Author Tags: Education, Health
Linda Siegel of Saltspring Island is a professor in the Department of Educational and Counselling Psychology and Special Education at UBC, where she holds the Dorothy C. Lam Chair in Special Education. In conjunction with National Dyslexia Awareness month, she published Understanding Dyslexia and Other Learning Disabilities (Pacific Educational Press $29 2013), a highly readable overview that incorporates the lives and works of Einstein, Hans Christian Anderson, Agatha Christie and Ruth Rendall (with whom she has corresponded) to expand awareness and understanding of learning disabilities. In 2012 she received the inaugural Eminent Researcher Award from Learning Difficulties Australia and she has been awarded an honorary doctorate from the University of Gothenburg (Sweden). 9781926966298
Why Agatha Christie couldn’t spell
by Eric Wilkins
It is often presumed that Albert Einstein was an eccentric who had learning disabilities. Linda Siegel’s Understanding Dyslexia and Other Learning Disabilities (Pacific Educational Press $29) makes short work of the myth.
“As a young man working in a patent office,” she writes, “he [Einstein] edited poorly written and ungrammatical applications. A person with dyslexia could not have done this type of editorial work.”
That’s not to say that other famous figures, such as Winston Churchill and Agatha Christie, didn’t have severe troubles in school, or later in their careers.
When Agatha Christie was writing a mystery set in the Caribbean, for instance, she had to remove Caribbean from the title—changing it to Nimrud and Its Remains—due to her frustrating inability to spell Caribbean.
Hans Christian Anderson was terrible at spelling, math, geography and foreign languages. William Butler Yeats was dyslexic. So is Olympic gold medal diver Greg Louganis who twice attempted suicide after he was bullied at school—mainly for stuttering.
Throughout her study, Siegel reflects upon the work and lives of remarkable people to illustrate how having dyslexia, or other learning disabilities, is not remarkable.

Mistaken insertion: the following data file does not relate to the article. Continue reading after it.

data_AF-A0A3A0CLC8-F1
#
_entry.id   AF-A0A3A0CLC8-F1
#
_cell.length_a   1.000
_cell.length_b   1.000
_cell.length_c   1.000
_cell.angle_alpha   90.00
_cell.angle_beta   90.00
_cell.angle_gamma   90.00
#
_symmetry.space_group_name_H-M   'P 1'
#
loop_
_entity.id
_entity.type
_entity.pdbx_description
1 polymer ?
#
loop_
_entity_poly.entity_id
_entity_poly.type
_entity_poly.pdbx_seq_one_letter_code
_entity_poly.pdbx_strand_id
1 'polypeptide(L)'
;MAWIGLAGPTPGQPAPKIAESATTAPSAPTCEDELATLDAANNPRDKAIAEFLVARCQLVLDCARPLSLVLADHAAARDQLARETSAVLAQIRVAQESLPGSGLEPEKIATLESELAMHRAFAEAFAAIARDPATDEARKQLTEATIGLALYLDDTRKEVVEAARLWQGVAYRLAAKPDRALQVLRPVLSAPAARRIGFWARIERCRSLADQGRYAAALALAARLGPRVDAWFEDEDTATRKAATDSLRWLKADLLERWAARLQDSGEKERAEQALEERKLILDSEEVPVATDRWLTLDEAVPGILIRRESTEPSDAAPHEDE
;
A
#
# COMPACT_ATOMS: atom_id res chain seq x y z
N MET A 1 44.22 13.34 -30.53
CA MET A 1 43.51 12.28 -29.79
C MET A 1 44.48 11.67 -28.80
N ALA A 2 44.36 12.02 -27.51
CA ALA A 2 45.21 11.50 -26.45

In the case of Churchill, she elaborates on the specifics of his early struggles, from his endless stream of tutors to his dismal report cards. His chronic failures in math were obvious. She suggests that Churchill may have had a mathematics disability called dyscalculia.
Agatha Christie suffered from developmental output failure. Growing up she was “a poor speller, she had terrible handwriting, she made many mistakes in arithmetic, and she had trouble learning foreign languages.”
One of the points stressed by Siegel throughout the book is that all of these unfortunate situations are, if not something one can overcome, at least manageable. With Agatha Christie, the key was her unwillingness to give up; she kept on with what was most difficult for her.
Published in conjunction with National Dyslexia Awareness month, Understanding Dyslexia and Other Learning Disabilities is a helpful guide to a wide range of learning disabilities, how to identify them and how best to deal with them.
For literary types, it’s especially intriguing because Siegel comfortably references Jane Austen and George Eliot, and she has corresponded with Ruth Rendall about how Rendall, a novelist without dyslexia, could have fashioned such a convincing portrait of someone with dyslexia in her novel A Judgement in Stone.
As a professor in the Department of Educational and Counselling Psychology and Special Education at UBC, Siegel holds the Dorothy C. Lam Chair in Special Education and she has been awarded an honorary doctorate from the University of Gothenburg (Sweden). In 2012, she received the inaugural Eminent Researcher Award from Learning Difficulties Australia.
She challenges the use of complex and time-consuming testing that is currently used to diagnose learning disabilities and provides alternate, pragmatic techniques for testing for disabilities in reading, mathematics, spelling and writing. Her study also provides first-hand accounts of people living successfully with their learning disabilities, having overcome deep feeling of inadequacy.